Earthsight has been monitoring the implementation of EUTR since day one. What we have found, time and time again, is that the most authorities ever demand in terms of evidence of due diligence is the purchasing of wood which was ‘certified’ as legal and sustainable by one of a number of global green labels. As a result, the use of these schemes has skyrocketed. They now cover around a third of the world’s production forests. Yet these certification schemes are fundamentally flawed. As a result, they have repeatedly rubber-stamped illegal and high-risk wood.
In 2018, Earthsight revealed how illegal wood from Ukraine bearing the imprimatur of the world’s biggest green wood label, the FSC, has been flooding into Europe. In 2020, we showed how timber from the biggest illegal timber scam in Russia this century had been laundered by FSC’s biggest competitor, PEFC, and 100,000 tones of it entered the EU as a result. In 2021 we exposed another scandal involving an FSC-certified forest in Siberia, where the illegal harvesting of 4 million trees by a corrupt politician-cum-businessman had gone unnoticed by auditors. The wood ended up in IKEA children’s furniture, including that sold in the EU and U.S..
The reasons certification schemes cannot ensure compliance with EUTR are baked into their DNA. First and most importantly, the burden of proof with certification schemes, including FSC, is the complete reverse of that required by EUTR. The certification schemes assume companies are innocent until proven guilty, whereas the EUTR (and the expected wider EU Deforestation law) requires ‘negligible risk’. Auditors used this excuse to take no action after Earthsight exposed how multiple FSC-certified firms in Ukraine were under formal investigation for high level corruption. They cited it again in explaining how they had ignored all the publicly documented court cases involved in the Siberia case study. FSC’s Policy of Association specifically states that firms can remain inside the tent even where the ‘preponderance of evidence’ suggests they are guilty of massive illegal logging or serious human rights abuses.
Secondly, the certification schemes don’t even assure what they claim to. Riddled with structural flaws and conflicts of interests, and captured by industry, they systematically fail to spot illegal timber and rights abuses by certified companies.
In July 2021 the EU issued official guidance, approved by member state authorities, stating unequivocally that certification schemes cannot be relied on to ensure wood from Ukraine is legal. Companies must be made to do more if they want to continue importing timber from there. But the guidance isn’t binding, and certification’s problems are not limited to Ukraine.
The week before COP, 34 NGOs from around the world sent an unprecedented open letter to FSC, calling on it to make immediate changes to its systems to adequately reflect the global deforestation crisis.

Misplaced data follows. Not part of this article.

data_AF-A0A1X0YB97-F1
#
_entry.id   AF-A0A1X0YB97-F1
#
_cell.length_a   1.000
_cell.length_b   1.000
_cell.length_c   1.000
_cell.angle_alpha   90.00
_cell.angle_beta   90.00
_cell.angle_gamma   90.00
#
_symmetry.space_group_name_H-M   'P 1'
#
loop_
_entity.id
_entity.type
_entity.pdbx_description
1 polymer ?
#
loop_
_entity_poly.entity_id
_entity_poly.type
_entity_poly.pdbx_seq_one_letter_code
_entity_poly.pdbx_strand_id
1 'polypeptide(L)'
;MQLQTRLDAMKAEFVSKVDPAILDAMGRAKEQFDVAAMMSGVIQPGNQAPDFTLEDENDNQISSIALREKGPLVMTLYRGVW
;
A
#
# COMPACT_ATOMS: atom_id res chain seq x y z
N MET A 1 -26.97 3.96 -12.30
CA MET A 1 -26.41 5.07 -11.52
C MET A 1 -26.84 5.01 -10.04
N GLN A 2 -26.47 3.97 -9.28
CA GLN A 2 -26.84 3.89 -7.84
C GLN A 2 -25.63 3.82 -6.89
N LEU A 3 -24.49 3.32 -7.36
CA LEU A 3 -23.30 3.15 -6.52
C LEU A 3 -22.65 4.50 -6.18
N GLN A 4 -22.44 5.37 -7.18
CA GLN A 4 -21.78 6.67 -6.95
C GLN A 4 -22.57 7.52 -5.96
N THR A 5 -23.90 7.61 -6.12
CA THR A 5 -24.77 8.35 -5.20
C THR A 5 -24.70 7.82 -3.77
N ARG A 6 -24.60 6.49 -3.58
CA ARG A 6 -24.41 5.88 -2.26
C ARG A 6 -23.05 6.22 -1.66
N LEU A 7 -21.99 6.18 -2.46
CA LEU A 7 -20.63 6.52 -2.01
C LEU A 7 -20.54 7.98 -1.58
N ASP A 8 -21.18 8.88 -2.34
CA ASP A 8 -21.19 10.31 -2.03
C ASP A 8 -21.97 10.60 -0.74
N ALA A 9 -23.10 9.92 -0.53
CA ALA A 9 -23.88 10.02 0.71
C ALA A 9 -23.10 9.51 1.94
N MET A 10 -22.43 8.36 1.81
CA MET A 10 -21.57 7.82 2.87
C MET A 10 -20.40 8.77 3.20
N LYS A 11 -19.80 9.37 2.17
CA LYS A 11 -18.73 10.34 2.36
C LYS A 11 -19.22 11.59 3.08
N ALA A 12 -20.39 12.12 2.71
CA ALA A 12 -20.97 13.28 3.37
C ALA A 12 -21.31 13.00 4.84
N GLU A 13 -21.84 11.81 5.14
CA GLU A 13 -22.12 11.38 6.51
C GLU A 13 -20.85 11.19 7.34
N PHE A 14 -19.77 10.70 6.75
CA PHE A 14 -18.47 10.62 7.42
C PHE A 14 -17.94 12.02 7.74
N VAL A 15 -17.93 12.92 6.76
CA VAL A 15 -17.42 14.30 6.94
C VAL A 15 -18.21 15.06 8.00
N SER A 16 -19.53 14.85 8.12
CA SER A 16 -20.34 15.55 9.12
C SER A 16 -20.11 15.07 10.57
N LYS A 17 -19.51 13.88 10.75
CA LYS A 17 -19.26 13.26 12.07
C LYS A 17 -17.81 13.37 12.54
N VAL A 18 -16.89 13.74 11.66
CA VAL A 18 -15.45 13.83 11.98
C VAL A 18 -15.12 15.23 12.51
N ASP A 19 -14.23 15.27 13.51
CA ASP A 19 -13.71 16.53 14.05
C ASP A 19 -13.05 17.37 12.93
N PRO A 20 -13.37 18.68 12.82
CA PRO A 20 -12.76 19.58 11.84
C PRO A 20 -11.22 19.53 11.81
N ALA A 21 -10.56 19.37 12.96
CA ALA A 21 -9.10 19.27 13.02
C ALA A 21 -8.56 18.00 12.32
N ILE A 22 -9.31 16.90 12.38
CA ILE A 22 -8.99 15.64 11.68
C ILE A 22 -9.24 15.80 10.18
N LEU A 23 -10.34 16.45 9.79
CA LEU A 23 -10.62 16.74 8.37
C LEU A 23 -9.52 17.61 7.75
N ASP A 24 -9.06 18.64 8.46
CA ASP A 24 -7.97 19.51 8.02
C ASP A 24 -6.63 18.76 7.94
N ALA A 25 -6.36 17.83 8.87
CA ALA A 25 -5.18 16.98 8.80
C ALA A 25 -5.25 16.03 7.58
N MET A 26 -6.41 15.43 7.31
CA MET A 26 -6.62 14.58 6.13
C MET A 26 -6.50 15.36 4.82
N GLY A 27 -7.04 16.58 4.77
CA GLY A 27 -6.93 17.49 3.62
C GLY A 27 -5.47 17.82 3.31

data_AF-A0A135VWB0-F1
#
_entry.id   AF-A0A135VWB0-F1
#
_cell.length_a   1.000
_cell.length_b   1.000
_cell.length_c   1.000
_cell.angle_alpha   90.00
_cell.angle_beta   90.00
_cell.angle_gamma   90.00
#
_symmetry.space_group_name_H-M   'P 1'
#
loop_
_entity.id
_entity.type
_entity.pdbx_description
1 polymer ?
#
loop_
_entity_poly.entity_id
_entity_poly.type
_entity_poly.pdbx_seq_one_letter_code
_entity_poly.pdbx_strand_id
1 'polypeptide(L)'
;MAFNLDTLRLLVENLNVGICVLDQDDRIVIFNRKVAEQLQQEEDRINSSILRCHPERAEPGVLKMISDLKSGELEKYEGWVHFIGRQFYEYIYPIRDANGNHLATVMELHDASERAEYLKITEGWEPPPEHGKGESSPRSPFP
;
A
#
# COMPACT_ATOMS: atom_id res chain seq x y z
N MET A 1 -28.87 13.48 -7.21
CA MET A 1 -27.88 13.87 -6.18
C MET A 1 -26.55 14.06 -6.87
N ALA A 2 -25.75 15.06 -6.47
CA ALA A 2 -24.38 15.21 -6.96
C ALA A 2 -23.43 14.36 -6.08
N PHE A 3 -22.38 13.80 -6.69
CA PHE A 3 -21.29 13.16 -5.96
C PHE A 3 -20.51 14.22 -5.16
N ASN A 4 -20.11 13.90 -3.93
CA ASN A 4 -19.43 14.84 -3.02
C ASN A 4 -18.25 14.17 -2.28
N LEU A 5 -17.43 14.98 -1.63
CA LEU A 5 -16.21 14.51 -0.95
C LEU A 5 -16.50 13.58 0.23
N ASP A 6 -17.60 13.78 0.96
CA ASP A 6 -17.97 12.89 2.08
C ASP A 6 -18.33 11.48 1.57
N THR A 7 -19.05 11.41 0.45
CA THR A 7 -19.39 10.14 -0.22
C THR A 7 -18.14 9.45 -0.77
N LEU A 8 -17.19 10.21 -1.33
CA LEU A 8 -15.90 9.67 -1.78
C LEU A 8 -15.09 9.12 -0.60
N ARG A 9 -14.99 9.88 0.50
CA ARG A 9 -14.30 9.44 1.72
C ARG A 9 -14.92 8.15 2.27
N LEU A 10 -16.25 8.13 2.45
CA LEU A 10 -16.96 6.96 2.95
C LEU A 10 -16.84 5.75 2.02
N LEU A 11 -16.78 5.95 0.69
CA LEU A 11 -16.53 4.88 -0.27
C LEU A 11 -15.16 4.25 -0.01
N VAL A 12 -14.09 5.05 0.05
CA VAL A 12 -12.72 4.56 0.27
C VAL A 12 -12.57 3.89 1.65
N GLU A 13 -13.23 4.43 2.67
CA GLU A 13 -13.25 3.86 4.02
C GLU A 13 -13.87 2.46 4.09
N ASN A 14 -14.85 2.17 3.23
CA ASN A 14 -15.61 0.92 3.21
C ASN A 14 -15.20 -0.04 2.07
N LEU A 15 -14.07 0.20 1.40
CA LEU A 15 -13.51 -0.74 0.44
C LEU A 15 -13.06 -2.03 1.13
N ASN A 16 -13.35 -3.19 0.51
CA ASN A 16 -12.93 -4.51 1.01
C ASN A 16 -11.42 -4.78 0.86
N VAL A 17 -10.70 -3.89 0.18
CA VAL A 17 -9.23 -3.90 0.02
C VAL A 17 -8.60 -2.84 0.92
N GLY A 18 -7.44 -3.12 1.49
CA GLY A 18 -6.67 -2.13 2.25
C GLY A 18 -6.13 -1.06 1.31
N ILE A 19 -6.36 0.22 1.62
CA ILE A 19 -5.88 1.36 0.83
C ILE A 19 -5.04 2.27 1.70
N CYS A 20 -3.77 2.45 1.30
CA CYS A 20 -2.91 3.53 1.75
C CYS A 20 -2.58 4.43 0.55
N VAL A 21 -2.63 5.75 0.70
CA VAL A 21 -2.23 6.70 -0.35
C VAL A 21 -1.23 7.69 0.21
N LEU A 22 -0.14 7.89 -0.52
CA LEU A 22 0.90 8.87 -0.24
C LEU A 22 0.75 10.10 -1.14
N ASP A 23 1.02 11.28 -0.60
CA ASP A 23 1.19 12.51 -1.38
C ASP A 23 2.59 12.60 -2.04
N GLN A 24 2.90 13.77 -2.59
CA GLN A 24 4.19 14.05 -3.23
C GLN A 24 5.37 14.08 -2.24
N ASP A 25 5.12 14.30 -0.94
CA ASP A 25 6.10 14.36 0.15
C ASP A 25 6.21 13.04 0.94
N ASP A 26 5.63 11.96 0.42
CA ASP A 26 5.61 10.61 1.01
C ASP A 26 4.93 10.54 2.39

Meanwhile suspect certified wood continues to flood into Europe. That the EU has failed to learn the wider lesson from the case of Ukraine is also clear from the flawed study on the use of certification in EUTR which it commissioned and was finalized earlier this year. This study was supposed to judge to what extent certification schemes could ensure compliance with the law, but completely ignored the fundamental difference in burden of proof between the two. As a result it gave a falsely positive assessment of the schemes’ value. This is perhaps unsurprising, given that the company which authored the report receives millions of dollars a year auditing logging and timber companies against these very same certification schemes.
A recently leaked draft of the new EU Deforestation law doesn’t give certification schemes a formal ‘green lane’. But neither does the EUTR, and in practice it hasn’t made any difference. Though they clearly cannot ensure compliance, authorities in the EU keep accepting flawed green labels or suspect documentation issued by source country governments. Why? Perhaps because they are unwilling to accept the reality, which is that implementing the law properly would mean completely blocking all imports from certain countries. This does not appear to be something authorities are willing to contemplate – possibly because of pressure from the billion-dollar EU firms dependent on this wood.
What has proved to be a terminal problem for wood will be a worse problem for soy, beef or palm oil. Most of the forest risk commodities the new law seeks to address have their own ‘green labels’ already. As a major study released by Greenpeace earlier this year showed, these are even more flawed than those for timber.
Without a stronger will on the part of EU authorities to treat these schemes for what they are, all the new law will do is trigger their expansion. It certainly won’t achieve its goal of preventing the EU continuing to drive deforestation and human rights abuses overseas. Given the urgency of the planetary emergency, the EU cannot afford to wait and fix the law later. It needs to be right from the outset. Anything less, and the forests it seeks to protect will be doomed.
Sam Lawson is the director of Earthsight.